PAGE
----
The title of the exhibition which took place at the MAXXI in 2015, Bâton-Serpent, was chosen by the Chinese artist Huang Yong Ping: recalling a passage of Exodus in the Bible, the artist wanted to highlight the deep meaning of the project as a whole. An ironic reflection, sharp and critical of the various systems of faith professed by man in an attempt to delineate a different “map of the global civilization.” Huang Yong Ping was born in 1954 in Xiamen, Chinese province of Fujian.He lives and works in Paris. He is undoubtedly one of the most important figures in today’s world art scene. After completing his studies at the Fine Arts Academy of Zhejiang in 1982, Huang Yong Ping went back to his native city, where he founded the Xiamen Dada, a collective of artists interested in creating a new Chinese cultural identity, connecting the trends of Western Modernism with the Oriental traditions of Zen and Taoism .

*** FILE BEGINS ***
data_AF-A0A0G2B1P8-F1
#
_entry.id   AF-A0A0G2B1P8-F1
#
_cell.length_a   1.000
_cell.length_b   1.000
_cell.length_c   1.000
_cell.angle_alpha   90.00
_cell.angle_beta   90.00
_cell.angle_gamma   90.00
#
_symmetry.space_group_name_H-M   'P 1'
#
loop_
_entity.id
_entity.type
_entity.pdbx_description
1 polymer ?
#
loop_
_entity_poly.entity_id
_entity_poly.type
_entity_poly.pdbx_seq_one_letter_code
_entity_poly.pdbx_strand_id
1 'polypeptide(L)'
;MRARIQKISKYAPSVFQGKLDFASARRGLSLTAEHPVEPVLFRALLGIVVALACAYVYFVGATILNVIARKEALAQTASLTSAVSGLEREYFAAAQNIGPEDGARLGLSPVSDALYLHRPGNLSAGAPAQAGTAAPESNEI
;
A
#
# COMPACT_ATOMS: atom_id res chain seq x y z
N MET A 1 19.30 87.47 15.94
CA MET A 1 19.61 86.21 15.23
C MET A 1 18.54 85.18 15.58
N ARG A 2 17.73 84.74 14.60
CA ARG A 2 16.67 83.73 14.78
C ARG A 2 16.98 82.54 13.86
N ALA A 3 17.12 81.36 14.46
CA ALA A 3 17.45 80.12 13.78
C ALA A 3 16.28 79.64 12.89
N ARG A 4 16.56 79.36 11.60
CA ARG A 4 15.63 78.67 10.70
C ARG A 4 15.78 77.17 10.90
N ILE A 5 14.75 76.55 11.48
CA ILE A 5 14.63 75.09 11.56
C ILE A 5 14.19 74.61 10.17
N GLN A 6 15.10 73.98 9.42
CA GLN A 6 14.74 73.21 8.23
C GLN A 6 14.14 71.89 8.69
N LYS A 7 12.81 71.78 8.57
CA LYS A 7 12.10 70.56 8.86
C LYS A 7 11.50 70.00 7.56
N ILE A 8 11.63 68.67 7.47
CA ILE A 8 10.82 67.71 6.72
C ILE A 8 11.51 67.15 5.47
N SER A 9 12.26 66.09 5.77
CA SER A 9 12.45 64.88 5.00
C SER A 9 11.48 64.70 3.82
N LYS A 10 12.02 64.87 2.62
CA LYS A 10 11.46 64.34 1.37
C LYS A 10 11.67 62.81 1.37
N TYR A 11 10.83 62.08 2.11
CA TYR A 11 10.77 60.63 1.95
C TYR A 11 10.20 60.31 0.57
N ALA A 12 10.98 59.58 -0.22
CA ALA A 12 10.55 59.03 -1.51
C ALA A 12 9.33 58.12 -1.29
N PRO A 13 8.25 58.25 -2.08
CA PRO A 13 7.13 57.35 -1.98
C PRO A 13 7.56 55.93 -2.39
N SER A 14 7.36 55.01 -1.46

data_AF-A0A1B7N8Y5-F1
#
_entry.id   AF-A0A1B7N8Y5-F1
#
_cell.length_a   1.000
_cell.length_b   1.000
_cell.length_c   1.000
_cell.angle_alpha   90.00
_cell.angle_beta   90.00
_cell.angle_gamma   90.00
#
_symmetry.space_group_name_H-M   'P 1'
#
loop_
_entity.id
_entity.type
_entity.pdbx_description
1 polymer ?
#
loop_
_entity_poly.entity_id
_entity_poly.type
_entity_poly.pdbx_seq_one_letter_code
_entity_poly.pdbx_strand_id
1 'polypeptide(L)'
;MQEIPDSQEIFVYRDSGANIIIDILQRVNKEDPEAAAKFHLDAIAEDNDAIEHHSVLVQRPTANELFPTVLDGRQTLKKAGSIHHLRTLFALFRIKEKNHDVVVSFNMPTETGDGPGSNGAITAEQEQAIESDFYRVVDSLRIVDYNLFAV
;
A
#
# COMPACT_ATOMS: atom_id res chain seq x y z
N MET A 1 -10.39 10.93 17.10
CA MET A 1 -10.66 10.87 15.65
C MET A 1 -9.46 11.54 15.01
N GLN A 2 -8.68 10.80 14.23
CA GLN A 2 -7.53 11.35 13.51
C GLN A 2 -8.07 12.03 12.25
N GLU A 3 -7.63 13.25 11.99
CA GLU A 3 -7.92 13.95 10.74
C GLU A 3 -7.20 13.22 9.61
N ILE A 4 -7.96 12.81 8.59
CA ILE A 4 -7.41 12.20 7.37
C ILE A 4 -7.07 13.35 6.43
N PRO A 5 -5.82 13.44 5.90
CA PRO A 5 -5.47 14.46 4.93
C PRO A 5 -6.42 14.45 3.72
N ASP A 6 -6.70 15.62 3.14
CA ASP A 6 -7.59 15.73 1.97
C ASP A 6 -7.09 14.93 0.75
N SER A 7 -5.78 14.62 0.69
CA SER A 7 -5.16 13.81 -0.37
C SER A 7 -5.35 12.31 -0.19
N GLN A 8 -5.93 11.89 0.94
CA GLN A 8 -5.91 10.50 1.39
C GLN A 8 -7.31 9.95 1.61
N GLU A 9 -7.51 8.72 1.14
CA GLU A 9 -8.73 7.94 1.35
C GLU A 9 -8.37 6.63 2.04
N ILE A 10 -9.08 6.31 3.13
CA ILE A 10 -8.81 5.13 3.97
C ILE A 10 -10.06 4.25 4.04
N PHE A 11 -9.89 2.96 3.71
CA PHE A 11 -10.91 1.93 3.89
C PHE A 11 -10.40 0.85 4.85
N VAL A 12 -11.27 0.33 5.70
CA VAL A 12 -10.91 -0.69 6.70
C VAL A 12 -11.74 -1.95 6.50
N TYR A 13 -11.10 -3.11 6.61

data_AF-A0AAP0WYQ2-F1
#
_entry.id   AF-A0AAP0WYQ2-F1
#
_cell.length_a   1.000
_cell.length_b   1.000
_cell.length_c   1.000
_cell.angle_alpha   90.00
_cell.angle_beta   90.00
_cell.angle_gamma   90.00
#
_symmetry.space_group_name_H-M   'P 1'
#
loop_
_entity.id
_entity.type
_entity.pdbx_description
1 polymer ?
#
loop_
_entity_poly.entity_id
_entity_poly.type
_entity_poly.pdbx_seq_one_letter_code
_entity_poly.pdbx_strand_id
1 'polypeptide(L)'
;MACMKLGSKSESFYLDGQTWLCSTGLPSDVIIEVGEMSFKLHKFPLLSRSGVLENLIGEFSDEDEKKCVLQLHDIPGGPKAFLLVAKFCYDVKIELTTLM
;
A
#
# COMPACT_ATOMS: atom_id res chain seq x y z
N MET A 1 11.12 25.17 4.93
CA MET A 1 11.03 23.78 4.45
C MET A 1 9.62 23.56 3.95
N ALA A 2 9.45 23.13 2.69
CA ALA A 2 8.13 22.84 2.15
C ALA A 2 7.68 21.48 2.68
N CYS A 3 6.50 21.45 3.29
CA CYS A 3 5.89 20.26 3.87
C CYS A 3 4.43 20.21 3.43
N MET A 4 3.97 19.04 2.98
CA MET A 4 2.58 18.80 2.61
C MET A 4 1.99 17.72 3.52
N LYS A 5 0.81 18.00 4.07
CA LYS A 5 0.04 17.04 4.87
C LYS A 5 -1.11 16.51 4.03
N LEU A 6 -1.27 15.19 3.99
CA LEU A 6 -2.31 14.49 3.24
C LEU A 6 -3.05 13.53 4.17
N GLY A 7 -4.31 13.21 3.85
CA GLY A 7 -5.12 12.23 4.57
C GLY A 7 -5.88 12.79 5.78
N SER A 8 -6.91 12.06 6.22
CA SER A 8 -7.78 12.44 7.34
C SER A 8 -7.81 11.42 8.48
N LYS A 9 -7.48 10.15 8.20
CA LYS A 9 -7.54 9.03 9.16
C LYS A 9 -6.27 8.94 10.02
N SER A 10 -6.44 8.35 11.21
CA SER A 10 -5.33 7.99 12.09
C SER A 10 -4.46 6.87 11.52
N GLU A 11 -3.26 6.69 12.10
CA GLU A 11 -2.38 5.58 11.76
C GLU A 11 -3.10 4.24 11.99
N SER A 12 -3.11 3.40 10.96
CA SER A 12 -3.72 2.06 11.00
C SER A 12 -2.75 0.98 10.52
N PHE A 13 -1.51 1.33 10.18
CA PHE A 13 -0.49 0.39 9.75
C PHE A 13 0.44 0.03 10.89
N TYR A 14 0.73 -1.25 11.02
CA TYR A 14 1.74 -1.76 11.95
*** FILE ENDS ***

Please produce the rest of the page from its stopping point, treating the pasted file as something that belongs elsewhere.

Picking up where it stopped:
Many of the works in the Exhibition, which recalled religious symbols from different cultures, were reinterpreted by Huang Yong Ping highlighting the unintended threat to the coexistence of peoples. Hei Hei Sina Sina, for example, represented a giant prayer mill used by Tibetan Buddhists, which produces a pacifying rotating sound ; a close look could show how this was actually composed of a wooden pole which is the image of Chinese weapon, called mao, while the cover was a shield.
The symbolic power of many archetypes can also be increased to the point that different faiths unite in a single, enigmatic icon. This is the case of Bâton de Serpent, which is the skeleton of a giant aluminium snake inspired by Chinese mythology, but also by the pagan and the Christian religion. In this case art, architecture and other creative fields can take the “advantage” of the economic crisis and political chaos of the moment and develop innovative ideas, practices and works – instability always triggers experiment and social engagements are the best source of inspiration and a “raison-d’être” of creation.